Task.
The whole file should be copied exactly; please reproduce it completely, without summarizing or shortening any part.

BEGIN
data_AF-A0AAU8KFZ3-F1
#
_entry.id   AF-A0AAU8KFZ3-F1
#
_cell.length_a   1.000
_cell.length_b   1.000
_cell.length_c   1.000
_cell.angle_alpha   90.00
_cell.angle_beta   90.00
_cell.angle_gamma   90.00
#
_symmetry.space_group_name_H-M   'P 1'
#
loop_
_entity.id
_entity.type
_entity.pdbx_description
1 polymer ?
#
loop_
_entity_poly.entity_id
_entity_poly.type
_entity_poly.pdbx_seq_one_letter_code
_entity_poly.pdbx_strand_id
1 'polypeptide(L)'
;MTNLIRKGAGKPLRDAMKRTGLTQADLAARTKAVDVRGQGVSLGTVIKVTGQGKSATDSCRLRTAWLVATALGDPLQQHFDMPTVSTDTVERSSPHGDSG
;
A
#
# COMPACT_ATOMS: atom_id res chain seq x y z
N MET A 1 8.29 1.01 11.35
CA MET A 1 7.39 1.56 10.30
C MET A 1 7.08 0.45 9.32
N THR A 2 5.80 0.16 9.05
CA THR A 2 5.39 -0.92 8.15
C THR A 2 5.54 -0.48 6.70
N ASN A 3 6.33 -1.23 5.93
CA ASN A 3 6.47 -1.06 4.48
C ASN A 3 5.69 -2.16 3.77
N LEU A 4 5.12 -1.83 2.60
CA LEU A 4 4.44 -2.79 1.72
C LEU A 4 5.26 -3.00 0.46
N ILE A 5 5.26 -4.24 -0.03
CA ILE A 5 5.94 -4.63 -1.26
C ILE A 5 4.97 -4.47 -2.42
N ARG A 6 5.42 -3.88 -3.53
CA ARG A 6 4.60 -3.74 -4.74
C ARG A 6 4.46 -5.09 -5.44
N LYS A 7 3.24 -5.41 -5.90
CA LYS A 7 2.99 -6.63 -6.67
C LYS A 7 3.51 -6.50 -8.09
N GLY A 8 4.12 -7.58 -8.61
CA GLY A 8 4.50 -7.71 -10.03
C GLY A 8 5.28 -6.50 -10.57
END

data_AF-A0AAU8KFZ3-F1
#
_entry.id   AF-A0AAU8KFZ3-F1
#
_cell.length_a   1.000
_cell.length_b   1.000
_cell.length_c   1.000
_cell.angle_alpha   90.00
_cell.angle_beta   90.00
_cell.angle_gamma   90.00
#
_symmetry.space_group_name_H-M   'P 1'
#
loop_
_entity.id
_entity.type
_entity.pdbx_description
1 polymer ?
#
loop_
_entity_poly.entity_id
_entity_poly.type
_entity_poly.pdbx_seq_one_letter_code
_entity_poly.pdbx_strand_id
1 'polypeptide(L)'
;MTNLIRKGAGKPLRDAMKRTGLTQADLAARTKAVDVRGQGVSLGTVIKVTGQGKSATDSCRLRTAWLVATALGDPLQQHFDMPTVSTDTVERSSPHGDSG
;
A
#
# COMPACT_ATOMS: atom_id res chain seq x y z
N MET A 1 8.29 1.01 11.35
CA MET A 1 7.39 1.56 10.30
C MET A 1 7.08 0.45 9.32
N THR A 2 5.80 0.16 9.05
CA THR A 2 5.39 -0.92 8.15
C THR A 2 5.54 -0.48 6.70
N ASN A 3 6.33 -1.23 5.93
CA ASN A 3 6.47 -1.06 4.48
C ASN A 3 5.69 -2.16 3.77
N LEU A 4 5.12 -1.83 2.60
CA LEU A 4 4.44 -2.79 1.72
C LEU A 4 5.26 -3.00 0.46
N ILE A 5 5.26 -4.24 -0.03
CA ILE A 5 5.94 -4.63 -1.26
C ILE A 5 4.97 -4.47 -2.42
N ARG A 6 5.42 -3.88 -3.53
CA ARG A 6 4.60 -3.74 -4.74
C ARG A 6 4.46 -5.09 -5.44
N LYS A 7 3.24 -5.41 -5.90
CA LYS A 7 2.99 -6.63 -6.67
C LYS A 7 3.51 -6.50 -8.09
N GLY A 8 4.12 -7.58 -8.61
CA GLY A 8 4.50 -7.71 -10.03
C GLY A 8 5.28 -6.50 -10.57